Listening to Britten – some early thoughts

Seagull, (c) Ben Hogwood

I’ll be honest – so far, starting the ‘Listening To Britten’ series has been a bit more difficult than I expected.

Part of the problem is knowing the big hitters that lie ahead, and all the works listened to so far have been small picture postcards that give a hint of Britten’s emerging style but don’t yet show his competence with structures larger than a couple of minutes. I have to keep reminding myself that he didn’t arrive at a mature style overnight, and was still a complete youngster, barely into his teens, when writing all these pieces!

That said, there is a maturity in this music that belies his age. What is also surprising is Britten’s choices of text to set, and the way he is already unafraid of setting verse that could be seen as challenging to interpret for one of such tender years. Up until now his sources are resolutely English, but the different slants on what we might call ‘everyday’ English from the pens of Robert Burns, Shelley and Tennyson have already given him much to work with.

So far, with the music making concentrated at home within the Britten family in Lowestoft, we hear just voice and piano, the range tending to be in the middle and the accompaniment relatively simple.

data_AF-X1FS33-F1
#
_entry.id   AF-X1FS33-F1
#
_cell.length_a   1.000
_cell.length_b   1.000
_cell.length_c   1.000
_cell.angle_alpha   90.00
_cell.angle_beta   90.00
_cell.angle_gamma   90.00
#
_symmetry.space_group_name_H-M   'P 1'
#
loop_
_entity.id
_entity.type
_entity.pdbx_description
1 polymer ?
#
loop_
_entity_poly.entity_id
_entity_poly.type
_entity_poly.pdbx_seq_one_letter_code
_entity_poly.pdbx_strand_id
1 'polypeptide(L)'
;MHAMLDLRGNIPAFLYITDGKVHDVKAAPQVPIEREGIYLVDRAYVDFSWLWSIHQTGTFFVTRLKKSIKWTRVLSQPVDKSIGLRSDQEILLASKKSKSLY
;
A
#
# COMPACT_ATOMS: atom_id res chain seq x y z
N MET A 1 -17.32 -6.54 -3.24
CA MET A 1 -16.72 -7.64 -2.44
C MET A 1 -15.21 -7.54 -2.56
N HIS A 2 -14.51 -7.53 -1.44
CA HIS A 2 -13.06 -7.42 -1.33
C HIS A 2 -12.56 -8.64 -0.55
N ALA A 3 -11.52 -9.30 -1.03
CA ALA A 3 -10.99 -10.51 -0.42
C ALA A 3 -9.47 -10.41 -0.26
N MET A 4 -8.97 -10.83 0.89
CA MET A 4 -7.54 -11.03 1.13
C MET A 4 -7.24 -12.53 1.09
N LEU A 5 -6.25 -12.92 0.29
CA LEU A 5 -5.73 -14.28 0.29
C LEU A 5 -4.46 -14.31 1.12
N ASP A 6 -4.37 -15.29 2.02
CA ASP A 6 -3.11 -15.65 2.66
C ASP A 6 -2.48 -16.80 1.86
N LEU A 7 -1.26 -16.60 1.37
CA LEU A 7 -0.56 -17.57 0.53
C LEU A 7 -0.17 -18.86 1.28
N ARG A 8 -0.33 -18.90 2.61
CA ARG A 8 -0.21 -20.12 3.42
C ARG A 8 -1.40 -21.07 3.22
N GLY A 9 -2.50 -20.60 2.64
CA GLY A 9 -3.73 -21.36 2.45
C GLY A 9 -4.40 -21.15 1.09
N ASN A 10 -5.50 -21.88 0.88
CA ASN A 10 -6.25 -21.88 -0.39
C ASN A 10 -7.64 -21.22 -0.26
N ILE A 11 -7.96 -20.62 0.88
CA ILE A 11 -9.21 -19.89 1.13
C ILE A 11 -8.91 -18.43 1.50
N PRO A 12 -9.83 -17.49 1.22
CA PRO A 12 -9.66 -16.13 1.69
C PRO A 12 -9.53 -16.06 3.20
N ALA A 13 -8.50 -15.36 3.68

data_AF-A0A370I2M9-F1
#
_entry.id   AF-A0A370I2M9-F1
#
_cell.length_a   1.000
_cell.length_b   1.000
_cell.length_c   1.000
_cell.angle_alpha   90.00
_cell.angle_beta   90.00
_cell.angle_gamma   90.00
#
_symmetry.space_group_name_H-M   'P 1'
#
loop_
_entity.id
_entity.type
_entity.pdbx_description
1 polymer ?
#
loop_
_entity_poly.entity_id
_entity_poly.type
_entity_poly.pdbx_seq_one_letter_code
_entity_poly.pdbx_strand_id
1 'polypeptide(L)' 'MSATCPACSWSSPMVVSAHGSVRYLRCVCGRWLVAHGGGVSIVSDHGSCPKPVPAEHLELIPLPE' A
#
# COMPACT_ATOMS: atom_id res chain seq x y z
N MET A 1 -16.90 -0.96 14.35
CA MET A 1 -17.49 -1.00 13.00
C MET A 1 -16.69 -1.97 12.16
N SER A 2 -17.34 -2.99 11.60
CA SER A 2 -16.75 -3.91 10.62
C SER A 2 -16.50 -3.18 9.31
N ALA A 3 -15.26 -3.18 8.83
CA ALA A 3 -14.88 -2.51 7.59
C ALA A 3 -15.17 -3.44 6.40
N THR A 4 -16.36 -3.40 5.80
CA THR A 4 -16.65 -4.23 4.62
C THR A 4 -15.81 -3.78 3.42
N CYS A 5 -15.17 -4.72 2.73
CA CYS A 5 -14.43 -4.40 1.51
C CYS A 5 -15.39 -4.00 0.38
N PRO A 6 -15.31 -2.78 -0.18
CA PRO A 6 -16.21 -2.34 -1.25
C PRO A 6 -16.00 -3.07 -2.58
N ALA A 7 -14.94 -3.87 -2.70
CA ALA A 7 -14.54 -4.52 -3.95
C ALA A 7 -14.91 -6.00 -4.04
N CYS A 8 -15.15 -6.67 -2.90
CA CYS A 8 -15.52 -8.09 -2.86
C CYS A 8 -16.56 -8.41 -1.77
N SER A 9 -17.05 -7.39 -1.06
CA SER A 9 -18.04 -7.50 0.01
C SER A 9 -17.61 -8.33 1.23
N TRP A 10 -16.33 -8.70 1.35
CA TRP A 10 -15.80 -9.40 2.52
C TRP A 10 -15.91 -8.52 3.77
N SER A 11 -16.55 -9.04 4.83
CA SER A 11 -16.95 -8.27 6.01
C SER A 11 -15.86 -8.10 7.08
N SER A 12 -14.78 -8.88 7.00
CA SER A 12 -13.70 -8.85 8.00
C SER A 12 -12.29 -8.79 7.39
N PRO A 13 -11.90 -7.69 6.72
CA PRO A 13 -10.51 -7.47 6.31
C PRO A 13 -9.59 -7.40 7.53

Time and again, though, I find myself coming back to the first song, Beware!. It’s easy to see why Britten retained affection for this song, for its melody sticks in the mind, its sentiment even more so. The Waltzes show that Britten was getting a real grasp of writing for piano, even if at this stage his music bears the imprint of his listening and studying. Bach, Schubert and Schumann are the primary calling cards for me here.

It has been an interesting beginning, then, but one that has also ensured expectations are re-evaluated, while we inevitably look forward to tackling the bigger works. A couple are at hand almost immediately, in the shape of the Quatre Chansons Françaises and an early String Quartet. Soon Britten will leave Lowestoft and head to Gresham’s – and encounter Frank Bridge for the first time.

For a list of the Britten works listened to so far, head for the Listening to Britten tab at the top of the page.

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